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    Performance sleepwear. Try DriNights performance sleepwear, it is moisture wicking and made out of the same type of material that is used in workout clothing. It is quick drying so if you sweat at night it keeps you drier by wicking the sweat away from your body and allow for your pj to dry quick. This gives you a cooler feeling and avoids the waking up from sweaty sticky sleepwear.
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    Wipe your face, hands, and feet with a damp cloth. Use a damp cloth or towel by your bedside to wet your face or arms throughout the night. But avoid going to sleep with a wet face or arms. Once you have wiped your body, dry yourself off with a dry towel before you go to sleep.[9]
    • You can also buy special towels that are made of hyper-evaporative material that retains water, but stays dry to the touch. They will cool you down without getting your skin wet.[10]
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    Run your wrists or the inside of your arms under cold running water for 30 seconds. These areas are where your blood stream flows closest to the surface of your body. Running them under cold water for a minute will cool your blood down, making your whole body cooler.[11]

Method 2
Staying Cool in Bed

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    Encourage airflow with a fan. Keep the bedroom door open and position the fan in a corner of the room so it faces your bed.[12]
    • Avoid pointing the fan at your face, your back, or too close to your body. Pointing the fan at your face can cause your neck muscles to stiffen and lead to allergies or illness.
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    Make an ice towel. Before there was AC, people would suspend ice packs, ice towels, or cooling packs in front of fans to stay cool.[13]
    • To make an ice towel, hang a wet towel holding ice cubes from two chairs. Point a fan at the towel and at a wall or far away from you in the corner of the room.
    • Place a container under the towel to catch the melting ice water.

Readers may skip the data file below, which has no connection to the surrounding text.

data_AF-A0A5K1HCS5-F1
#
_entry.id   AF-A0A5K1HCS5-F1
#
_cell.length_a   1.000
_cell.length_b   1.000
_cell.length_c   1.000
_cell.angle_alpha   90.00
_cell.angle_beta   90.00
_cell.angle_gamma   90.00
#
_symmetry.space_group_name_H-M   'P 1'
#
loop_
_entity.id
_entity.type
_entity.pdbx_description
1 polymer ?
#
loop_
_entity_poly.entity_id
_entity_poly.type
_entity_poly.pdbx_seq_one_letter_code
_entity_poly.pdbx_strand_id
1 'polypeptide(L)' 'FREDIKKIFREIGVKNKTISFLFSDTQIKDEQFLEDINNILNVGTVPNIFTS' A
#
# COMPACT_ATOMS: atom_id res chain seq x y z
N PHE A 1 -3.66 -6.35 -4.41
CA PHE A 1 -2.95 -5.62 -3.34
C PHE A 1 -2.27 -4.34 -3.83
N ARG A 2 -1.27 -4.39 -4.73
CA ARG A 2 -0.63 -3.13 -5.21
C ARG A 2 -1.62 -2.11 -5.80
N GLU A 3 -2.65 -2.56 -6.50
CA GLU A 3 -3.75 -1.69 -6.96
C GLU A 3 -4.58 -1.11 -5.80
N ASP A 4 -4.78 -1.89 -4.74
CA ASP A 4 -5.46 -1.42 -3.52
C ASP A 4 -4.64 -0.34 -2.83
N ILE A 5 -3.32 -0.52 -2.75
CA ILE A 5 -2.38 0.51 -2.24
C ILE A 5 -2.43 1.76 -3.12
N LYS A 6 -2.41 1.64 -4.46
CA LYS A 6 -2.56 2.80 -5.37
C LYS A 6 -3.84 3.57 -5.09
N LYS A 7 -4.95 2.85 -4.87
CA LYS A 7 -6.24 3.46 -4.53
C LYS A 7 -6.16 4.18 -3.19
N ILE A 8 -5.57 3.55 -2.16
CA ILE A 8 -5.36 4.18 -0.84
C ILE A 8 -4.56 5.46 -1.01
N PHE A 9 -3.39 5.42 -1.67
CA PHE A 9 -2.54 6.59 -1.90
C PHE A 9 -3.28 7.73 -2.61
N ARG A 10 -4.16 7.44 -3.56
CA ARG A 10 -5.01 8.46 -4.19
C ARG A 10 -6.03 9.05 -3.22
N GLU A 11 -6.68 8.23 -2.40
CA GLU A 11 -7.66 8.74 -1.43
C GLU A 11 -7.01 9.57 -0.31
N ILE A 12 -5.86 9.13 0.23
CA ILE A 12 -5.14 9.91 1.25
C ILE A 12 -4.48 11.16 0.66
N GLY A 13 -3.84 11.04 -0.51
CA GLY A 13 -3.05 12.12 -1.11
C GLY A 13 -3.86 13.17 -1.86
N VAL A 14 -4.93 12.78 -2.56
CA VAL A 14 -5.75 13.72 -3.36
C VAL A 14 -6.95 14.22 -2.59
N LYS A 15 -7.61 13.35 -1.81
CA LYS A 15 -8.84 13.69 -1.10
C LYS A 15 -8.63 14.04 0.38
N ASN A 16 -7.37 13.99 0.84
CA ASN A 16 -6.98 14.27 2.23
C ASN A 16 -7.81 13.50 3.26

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    Flip your pillow over to the cool side. If you wake up due to heat during the night, flip your pillow over to the other side. The other side will be cooler than the side you were sleeping on, as it has not absorbed your body heat during the night.[14]
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    Place an ice pack on your neck or forehead. You can buy cold packs in most grocery stores. Slip a cold pack under your neck, on your forehead, or under your arms, by your armpits. Cooling down the back of your neck, your forehead, and under your arms helps cool the rest of your body down as well.
    • You can also make your own cold pack at home. Place three to four tablespoons of dish soap in a resealable ziplock bag. Place it in the freezer. The soap will not harden and it will hold the cold temperature longer than ice and/or the blue ice packs. Once you are ready to use it, place in a pillowcase or fold it in a towel and apply it to your neck or arms. Because the pack is not solid, it is versatile and comfortable on most areas of your body.
    • You can also Make a Rice Sock. Place it in the freezer and leave it there for at least two hours. When you turn in, bring the bag with you to use as a cool compress. Try placing it under your pillow so it's nice and cool when you flip it over.
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    Mist your face and neck with a spray bottle. If you wake up during the night due to heat, take a spray bottle and fill it with cold water. Mist your face and neck to cool down.[15]


  • Sleep masks may be useful if you want to sleep longer and if the light never stops, even with curtains closed.
  • Buy earplugs if you live in a busy town where traffic still busy at night. Noise plus heat can make it difficult to fall asleep.
  • Feed your pets before you sleep a high protein meal, so they won't wake you up for food during the night or too early in the morning.
  • Sleep without a duvet cover.
  • Get cooling pillows and space your legs and arms apart. Close limbs can attract heat. Buy curtains for sleep that block noise and heat that come in versions of colours.

Things You'll Need

  • Fan
  • Ice
  • Ice Pack
  • Spray Bottle
  • Clothes

Sources and Citations